MOSS is already available to taxable persons not established within the EU and will additionally be available for taxable persons which are established within the EU. Two schemes are available: on the one hand the Union scheme and on the other hand the Non-Union scheme.

Already implemented scheme for non-EU entrepreneurs

The scheme for non-EU taxable persons is already implemented. Such an entrepreneur can register to use the MOSS if he has not established his business or a fixed establishment in the EU and is not registered or otherwise required to be identified for VAT purposes in the EU. The taxable person is free to choose its Member State of identification which allocates the taxable person with an individual VAT identification number. A VAT return has to be filed for the online services to non-taxable persons.

Scheme for EU entrepreneurs

It is established for businesses or fixed establishments in the territory of the EU. Such entrepreneurs have to register with the MOSS in the EU Member State of its establishment. For German entrepreneurs, this is the Bundeszentralamt für Steuern. The individual registration number will be the same as the one already allocated for domestic transactions.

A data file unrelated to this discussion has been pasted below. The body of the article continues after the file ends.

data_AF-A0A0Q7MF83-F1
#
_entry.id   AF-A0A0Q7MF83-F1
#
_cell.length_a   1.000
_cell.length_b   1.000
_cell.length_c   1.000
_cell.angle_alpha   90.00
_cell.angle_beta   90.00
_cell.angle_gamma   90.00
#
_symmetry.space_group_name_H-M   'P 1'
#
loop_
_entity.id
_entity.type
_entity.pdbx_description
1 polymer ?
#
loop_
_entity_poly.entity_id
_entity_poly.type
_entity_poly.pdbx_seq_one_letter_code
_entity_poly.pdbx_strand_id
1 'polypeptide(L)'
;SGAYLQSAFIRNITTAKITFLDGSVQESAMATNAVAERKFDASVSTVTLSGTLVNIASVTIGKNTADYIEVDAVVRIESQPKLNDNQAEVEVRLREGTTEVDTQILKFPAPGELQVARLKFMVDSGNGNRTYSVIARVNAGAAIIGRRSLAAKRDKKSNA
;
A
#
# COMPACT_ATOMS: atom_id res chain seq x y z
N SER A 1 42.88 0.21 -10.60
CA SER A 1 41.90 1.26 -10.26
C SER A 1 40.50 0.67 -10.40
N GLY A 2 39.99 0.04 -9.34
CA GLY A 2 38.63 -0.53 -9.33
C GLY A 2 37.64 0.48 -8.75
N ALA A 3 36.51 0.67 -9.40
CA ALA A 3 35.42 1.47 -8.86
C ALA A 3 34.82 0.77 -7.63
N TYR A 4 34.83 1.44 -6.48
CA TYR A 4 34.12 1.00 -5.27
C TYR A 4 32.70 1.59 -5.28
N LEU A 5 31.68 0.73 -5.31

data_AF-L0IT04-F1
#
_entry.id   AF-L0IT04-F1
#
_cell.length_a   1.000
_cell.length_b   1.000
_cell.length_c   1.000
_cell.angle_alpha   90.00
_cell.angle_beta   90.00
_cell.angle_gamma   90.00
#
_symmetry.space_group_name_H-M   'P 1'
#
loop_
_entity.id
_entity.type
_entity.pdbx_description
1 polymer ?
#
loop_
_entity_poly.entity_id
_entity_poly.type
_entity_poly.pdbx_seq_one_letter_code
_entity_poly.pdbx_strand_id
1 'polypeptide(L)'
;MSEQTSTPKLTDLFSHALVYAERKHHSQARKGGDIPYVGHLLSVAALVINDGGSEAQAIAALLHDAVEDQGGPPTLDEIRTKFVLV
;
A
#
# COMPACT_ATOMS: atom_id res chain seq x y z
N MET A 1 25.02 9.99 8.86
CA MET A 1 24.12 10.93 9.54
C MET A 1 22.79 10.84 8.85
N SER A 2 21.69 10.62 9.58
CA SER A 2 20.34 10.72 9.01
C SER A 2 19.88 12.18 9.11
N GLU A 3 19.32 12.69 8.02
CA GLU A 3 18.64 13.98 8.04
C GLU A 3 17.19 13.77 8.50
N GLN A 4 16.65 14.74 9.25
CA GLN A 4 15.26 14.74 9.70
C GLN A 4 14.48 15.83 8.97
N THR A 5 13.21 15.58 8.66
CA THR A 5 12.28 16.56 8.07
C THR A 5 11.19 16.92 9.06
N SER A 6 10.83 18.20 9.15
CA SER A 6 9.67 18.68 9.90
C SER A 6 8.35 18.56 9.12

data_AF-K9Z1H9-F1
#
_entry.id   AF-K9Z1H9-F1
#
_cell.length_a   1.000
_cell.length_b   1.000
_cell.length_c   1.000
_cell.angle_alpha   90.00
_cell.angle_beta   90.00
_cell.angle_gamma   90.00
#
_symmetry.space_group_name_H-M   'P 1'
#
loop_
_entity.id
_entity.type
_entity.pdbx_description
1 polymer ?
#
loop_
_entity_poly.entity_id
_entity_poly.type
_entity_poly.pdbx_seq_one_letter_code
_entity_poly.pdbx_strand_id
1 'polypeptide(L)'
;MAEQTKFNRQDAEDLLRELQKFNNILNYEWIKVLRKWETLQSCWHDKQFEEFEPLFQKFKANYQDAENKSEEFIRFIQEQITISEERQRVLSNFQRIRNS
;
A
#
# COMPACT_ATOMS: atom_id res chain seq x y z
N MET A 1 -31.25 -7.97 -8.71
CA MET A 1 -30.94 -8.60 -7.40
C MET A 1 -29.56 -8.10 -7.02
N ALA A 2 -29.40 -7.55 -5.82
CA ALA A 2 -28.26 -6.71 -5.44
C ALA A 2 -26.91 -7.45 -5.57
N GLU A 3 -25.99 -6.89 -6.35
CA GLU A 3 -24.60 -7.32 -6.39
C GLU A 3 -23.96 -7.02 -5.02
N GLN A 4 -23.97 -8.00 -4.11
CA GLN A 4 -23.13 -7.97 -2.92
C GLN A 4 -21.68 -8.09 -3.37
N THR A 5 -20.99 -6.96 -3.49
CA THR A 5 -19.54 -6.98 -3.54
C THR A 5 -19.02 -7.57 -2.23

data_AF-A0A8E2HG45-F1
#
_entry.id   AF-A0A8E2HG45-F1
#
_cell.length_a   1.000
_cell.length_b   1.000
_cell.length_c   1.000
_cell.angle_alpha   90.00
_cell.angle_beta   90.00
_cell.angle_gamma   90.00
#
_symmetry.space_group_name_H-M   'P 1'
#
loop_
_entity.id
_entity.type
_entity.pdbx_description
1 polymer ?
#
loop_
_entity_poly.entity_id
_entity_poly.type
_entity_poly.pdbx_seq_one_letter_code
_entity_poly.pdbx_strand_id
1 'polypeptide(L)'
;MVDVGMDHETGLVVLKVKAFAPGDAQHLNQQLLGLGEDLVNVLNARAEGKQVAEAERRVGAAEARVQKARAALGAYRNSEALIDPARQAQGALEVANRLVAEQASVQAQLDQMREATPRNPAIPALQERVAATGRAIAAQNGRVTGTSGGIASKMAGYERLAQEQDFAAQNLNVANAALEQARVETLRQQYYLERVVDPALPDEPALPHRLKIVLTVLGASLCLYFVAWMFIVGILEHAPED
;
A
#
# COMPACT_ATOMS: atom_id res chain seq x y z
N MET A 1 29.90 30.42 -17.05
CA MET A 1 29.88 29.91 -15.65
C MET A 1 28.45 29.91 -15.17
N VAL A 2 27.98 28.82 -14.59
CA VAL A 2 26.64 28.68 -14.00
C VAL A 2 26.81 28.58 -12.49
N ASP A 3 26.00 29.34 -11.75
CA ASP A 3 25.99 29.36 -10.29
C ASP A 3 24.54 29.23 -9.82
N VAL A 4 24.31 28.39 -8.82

What to do as an affected supplier?

Immediate action has to be taken. In some cases it is necessary to implement a completely new system for handling online services related to VAT. In other cases the administrative burden might be lower. However, a registration for the EU scheme will be possible from 1 October 2014. If the person registers between 1 October and 31 December 2014 the registration will come into force from 1 January 2015. We recommend being one of the first persons to register since shortly before 31 December 2014 the registration processes are expected to be overflowed. An advantage of early registration is to acquaint oneself with the scheme and be aware of its handling.

Last but not least, since the determination of the location of each end consumer is necessary, it is important to involve the appropriate IT and legal resources to develop possible schemes for the identification of the establishment of the end consumer, all in keeping with applicable privacy regulations.

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Nadia Reinders

Nadia Reinders

Associate at Osborne Clarke
Nadia is a member of our tax team in Cologne. She advises German and foreign companies on the conception and implementation of optimizing corporate structures.